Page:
Four questions on food 10/14/2016

We've long been inspired by the "Rx" approach – healthcare providers writing prescriptions for fresh fruits and vegetables that low-income families can redeem as vouchers at local farmer's markets.

Last month we invited Michel Nischan, CEO & Founder of U.S.-based organization Wholesome Wave, which pioneered the Rx approach in the States, to talk about strategies and successes for this program and others in a webinar called Filling the low-income plate: How Wholesome Wave is shaking up preventative health and the future of food security. He told us that the best way he's found to impact policy and make lasting change in the health of low-income communities is to "shed the anger," and push through obstacles collaboratively with doctors, community organizations, and government. 

We asked Michel Nischan to share his thoughts on how to increase access to healthy food in low-income communities, how to scale up engagement, and what inspires him.

1. Why do we need to subsidize healthy food for low-income people?  

For people struggling on low incomes, unhealthy food is sometimes the only affordable choice. A lot of it is also heavily subsidized. Subsidizing fruits and vegetables levels the price playing field and creates the conditions to meaningfully shift a low-income person’s decision toward a healthier food choice.  

The subsidies that favour unhealthy food production came into being after WWII as a way of accomplishing two important things: 1) Food security from a national security perspective and; 2) Non-perishable food that was light and easy to transport. Both of these approaches to national security, seasoned with the powerful notion of ending world hunger, presented a compelling argument to use public dollars to significantly shift our agriculture and food production models. The problem today is that a small number of companies are making a lot of money perpetuating these systems. That’s going to take time to change.

2.   You’ve recently received some big investments from a few quarters. How will this expand and change your work?  

As we strive to scale, we need to engage larger-scale supporters from government and private foundations or corporations, at a financial and supply chain perspective. This allows us to uncover, experiment, and invest in innovations that will allow us to go from reaching hundreds of thousands of low-income consumers, to reaching millions.

To put it into perspective — a lot of people have congratulated us on the success of getting fruit and vegetable incentives into the Farm Bill. The Food Insecurity Nutrition Incentive Funding is $100M, and requires an equal private-sector match. So all-in, the field is capable of reaching hundreds of thousands of people, rather than many millions. We’re not going to see meaningful impact on public health, and its costs, until we’re reaching at least 10 million Americans. With 45 million Americans relying on SNAP and an additional 21 million who are food insecure, we’ve got a lot of work to do. These scaled relationships will help us get closer.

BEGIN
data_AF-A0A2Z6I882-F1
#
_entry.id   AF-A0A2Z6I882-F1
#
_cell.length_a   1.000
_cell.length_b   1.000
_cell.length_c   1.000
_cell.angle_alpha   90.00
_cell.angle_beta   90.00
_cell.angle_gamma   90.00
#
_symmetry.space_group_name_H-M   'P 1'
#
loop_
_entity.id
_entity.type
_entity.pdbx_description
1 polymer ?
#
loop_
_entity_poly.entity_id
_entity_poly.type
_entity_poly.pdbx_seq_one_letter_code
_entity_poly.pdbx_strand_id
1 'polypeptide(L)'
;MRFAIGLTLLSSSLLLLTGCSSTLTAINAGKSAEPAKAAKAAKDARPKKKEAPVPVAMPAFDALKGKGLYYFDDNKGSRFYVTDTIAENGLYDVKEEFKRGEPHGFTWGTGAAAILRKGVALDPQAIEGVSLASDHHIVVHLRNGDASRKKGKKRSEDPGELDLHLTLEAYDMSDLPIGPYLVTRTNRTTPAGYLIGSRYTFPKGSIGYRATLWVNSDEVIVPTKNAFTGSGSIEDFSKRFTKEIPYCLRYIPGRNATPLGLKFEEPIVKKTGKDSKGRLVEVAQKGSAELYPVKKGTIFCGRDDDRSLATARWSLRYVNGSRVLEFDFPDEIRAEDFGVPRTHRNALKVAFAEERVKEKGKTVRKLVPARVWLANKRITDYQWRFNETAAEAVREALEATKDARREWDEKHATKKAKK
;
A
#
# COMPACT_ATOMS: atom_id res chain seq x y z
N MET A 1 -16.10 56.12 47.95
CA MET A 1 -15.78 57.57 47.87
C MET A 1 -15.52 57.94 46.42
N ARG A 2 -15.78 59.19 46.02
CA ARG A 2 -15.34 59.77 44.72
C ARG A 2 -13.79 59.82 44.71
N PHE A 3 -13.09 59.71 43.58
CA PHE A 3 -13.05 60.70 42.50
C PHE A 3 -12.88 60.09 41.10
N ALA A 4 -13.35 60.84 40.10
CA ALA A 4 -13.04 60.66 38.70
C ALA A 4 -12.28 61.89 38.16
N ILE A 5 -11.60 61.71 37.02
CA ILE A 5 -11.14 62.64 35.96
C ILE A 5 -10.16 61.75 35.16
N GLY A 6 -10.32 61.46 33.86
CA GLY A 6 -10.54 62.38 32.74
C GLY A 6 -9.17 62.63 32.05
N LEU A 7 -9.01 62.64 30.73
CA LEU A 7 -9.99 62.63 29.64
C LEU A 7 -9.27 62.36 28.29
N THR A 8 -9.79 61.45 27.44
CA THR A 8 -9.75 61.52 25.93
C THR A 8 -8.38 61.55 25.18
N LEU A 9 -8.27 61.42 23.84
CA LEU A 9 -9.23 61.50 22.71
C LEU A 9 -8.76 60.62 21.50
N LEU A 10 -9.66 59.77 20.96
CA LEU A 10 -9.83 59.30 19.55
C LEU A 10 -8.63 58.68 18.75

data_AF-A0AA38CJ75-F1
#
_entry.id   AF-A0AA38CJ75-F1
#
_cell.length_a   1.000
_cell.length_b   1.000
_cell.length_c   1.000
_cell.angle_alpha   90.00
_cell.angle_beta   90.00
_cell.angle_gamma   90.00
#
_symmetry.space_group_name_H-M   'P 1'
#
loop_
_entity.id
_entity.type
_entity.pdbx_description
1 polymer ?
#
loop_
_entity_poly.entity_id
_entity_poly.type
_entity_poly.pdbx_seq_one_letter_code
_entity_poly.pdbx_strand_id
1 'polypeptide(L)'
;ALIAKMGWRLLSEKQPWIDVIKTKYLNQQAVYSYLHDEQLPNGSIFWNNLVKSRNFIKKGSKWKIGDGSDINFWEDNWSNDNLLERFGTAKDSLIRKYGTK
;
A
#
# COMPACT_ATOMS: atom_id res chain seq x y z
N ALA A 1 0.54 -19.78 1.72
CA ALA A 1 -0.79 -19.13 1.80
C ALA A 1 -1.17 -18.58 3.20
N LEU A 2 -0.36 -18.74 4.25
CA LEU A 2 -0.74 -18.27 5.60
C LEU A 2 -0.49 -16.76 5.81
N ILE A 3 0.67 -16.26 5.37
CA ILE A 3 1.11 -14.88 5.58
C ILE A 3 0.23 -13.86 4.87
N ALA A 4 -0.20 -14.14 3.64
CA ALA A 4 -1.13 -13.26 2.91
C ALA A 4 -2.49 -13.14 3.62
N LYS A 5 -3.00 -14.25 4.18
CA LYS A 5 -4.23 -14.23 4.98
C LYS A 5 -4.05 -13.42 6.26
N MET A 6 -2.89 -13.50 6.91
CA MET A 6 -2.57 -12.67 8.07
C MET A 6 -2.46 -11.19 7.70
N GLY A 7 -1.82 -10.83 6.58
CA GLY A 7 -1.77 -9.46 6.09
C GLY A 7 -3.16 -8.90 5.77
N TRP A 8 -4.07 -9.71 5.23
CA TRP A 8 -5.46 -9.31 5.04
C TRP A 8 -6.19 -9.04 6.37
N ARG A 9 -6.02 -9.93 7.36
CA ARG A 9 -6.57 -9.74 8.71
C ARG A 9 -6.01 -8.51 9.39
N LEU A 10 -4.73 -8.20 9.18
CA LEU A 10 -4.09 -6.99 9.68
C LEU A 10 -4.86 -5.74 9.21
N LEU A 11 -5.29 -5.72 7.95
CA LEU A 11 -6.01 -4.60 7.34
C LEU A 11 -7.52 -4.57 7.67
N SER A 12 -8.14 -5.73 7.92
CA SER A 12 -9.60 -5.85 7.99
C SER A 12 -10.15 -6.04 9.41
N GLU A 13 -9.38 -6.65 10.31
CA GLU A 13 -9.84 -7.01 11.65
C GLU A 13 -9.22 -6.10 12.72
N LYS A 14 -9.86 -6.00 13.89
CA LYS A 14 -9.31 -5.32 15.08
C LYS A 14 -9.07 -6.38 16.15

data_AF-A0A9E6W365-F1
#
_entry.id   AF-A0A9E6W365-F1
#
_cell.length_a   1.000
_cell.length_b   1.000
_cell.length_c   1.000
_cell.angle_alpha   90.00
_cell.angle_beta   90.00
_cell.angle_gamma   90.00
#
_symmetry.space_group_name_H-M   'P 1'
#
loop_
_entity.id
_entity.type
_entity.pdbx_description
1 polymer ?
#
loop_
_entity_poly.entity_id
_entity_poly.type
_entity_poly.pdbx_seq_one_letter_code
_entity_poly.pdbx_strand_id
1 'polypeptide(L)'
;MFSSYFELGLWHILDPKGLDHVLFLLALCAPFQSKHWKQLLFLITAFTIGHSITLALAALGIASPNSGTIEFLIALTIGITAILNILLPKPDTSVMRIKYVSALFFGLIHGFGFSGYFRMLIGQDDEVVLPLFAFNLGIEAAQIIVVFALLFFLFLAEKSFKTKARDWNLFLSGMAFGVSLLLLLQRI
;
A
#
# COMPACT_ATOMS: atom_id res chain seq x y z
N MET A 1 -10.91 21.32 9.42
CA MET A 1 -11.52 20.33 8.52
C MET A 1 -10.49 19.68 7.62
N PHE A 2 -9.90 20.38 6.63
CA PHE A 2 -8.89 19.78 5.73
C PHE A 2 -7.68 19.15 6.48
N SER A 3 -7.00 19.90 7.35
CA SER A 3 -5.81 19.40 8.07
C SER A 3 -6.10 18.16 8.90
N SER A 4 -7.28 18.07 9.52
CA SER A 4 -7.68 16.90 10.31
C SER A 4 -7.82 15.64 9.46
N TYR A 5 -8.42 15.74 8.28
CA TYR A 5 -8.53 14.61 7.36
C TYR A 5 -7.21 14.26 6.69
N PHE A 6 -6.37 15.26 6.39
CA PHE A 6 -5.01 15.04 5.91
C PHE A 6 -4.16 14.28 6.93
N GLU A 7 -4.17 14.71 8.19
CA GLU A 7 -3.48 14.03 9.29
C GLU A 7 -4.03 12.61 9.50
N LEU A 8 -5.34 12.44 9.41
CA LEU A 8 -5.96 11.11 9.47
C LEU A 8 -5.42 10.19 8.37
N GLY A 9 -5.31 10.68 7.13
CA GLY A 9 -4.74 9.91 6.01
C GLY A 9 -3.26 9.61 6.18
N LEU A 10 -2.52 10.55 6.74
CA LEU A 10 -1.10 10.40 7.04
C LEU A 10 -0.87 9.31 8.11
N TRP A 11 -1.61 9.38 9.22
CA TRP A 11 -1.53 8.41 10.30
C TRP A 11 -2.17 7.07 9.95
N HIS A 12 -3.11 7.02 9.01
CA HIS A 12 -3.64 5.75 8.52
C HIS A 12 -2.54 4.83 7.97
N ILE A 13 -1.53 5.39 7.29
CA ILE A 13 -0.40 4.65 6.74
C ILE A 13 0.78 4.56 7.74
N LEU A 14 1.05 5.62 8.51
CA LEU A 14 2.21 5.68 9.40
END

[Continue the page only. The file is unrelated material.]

3. In order to get at the root causes of poverty and food insecurity, what kind of policy changes are you pushing for from government?

We're looking at levers that will greatly increase the ability of low-income consumers to afford to make healthier food choices. We’re pushing to strengthen the incentives approach as well as basic SNAP benefits in the Farm Bill. But we have an eye on the Affordable Care Act and Medicare and Medicaid policy as well. The top diet-related diseases just in direct costs are over $216 billion a year. Snap is $70-$80 billion a year. So the the cost to treat diet-related disease is almost three times the SNAP budget.

The healthy foods capable of preventing or mitigating these diseases cost far less than drugs or medical treatments, like dialysis, amputations, or organ transplants. To invest in food in the front end, and reduce costs in back end, constitutes a program that can pay for itself.

However, this doesn’t address the root cause of poverty. Poverty is the lack of money. In the U.S., that has come to mean under-employment and under-payment for those who are working full-time jobs. We won’t solve poverty until we see incomes rise for jobs that used to actually pay people enough to avoid poverty. The vast majority of people in the workforce are making and cleaning things. Those jobs used to pay enough so people could own a home and have one car. Now those jobs won’t even put food on the table.

4. As a chef, what do you recommend to working on the front lines get people excited about cooking and healthy eating?

As a chef, obviously I’d like everybody to be excited about healthy eating and cooking in general. If you have a basic knowledge of culinary techniques and seasoning — there isn’t a whole food out there, whether a fish, animal or plant, that can’t be made delicious. The true barrier is being able to afford the healthy ingredients that basic culinary techniques will make delicious.

When I started as a chef, I thought it was all about education and teaching people. I was wrong. For people struggling with poverty, the barrier to eating healthfully is not knowledge or education. Affordability is the barrier. You can pour money into teaching healthy cooking — but if people can’t afford fruits and vegetables, they’re not going to buy, cook, or eat them. It’s that simple. I believe in power of knowledge, but it’s meaningless if the person you’re teaching can’t afford it.